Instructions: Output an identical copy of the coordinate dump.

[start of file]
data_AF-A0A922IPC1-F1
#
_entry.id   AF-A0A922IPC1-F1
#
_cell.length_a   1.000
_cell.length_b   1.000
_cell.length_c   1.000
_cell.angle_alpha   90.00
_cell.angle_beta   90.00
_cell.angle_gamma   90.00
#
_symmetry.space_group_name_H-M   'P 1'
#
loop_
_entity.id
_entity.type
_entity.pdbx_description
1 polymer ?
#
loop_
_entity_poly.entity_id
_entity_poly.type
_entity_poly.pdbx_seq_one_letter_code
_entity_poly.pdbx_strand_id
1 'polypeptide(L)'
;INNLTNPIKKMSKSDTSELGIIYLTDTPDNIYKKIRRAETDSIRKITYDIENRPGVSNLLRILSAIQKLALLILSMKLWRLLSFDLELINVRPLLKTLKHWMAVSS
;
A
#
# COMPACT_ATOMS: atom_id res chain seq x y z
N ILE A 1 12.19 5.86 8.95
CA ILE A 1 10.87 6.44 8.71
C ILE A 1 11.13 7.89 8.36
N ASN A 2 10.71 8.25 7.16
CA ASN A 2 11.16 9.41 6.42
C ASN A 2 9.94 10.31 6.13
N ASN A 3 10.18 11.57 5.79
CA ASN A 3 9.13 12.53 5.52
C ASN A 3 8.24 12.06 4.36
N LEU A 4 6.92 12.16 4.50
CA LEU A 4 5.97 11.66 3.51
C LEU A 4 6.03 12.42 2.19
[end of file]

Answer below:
data_AF-A0A922IPC1-F1
#
_entry.id   AF-A0A922IPC1-F1
#
_cell.length_a   1.000
_cell.length_b   1.000
_cell.length_c   1.000
_cell.angle_alpha   90.00
_cell.angle_beta   90.00
_cell.angle_gamma   90.00
#
_symmetry.space_group_name_H-M   'P 1'
#
loop_
_entity.id
_entity.type
_entity.pdbx_description
1 polymer ?
#
loop_
_entity_poly.entity_id
_entity_poly.type
_entity_poly.pdbx_seq_one_letter_code
_entity_poly.pdbx_strand_id
1 'polypeptide(L)'
;INNLTNPIKKMSKSDTSELGIIYLTDTPDNIYKKIRRAETDSIRKITYDIENRPGVSNLLRILSAIQKLALLILSMKLWRLLSFDLELINVRPLLKTLKHWMAVSS
;
A
#
# COMPACT_ATOMS: atom_id res chain seq x y z
N ILE A 1 12.19 5.86 8.95
CA ILE A 1 10.87 6.44 8.71
C ILE A 1 11.13 7.89 8.36
N ASN A 2 10.71 8.25 7.16
CA ASN A 2 11.16 9.41 6.42
C ASN A 2 9.94 10.31 6.13
N ASN A 3 10.18 11.57 5.79
CA ASN A 3 9.13 12.53 5.52
C ASN A 3 8.24 12.06 4.36
N LEU A 4 6.92 12.16 4.50
CA LEU A 4 5.97 11.66 3.51
C LEU A 4 6.03 12.42 2.19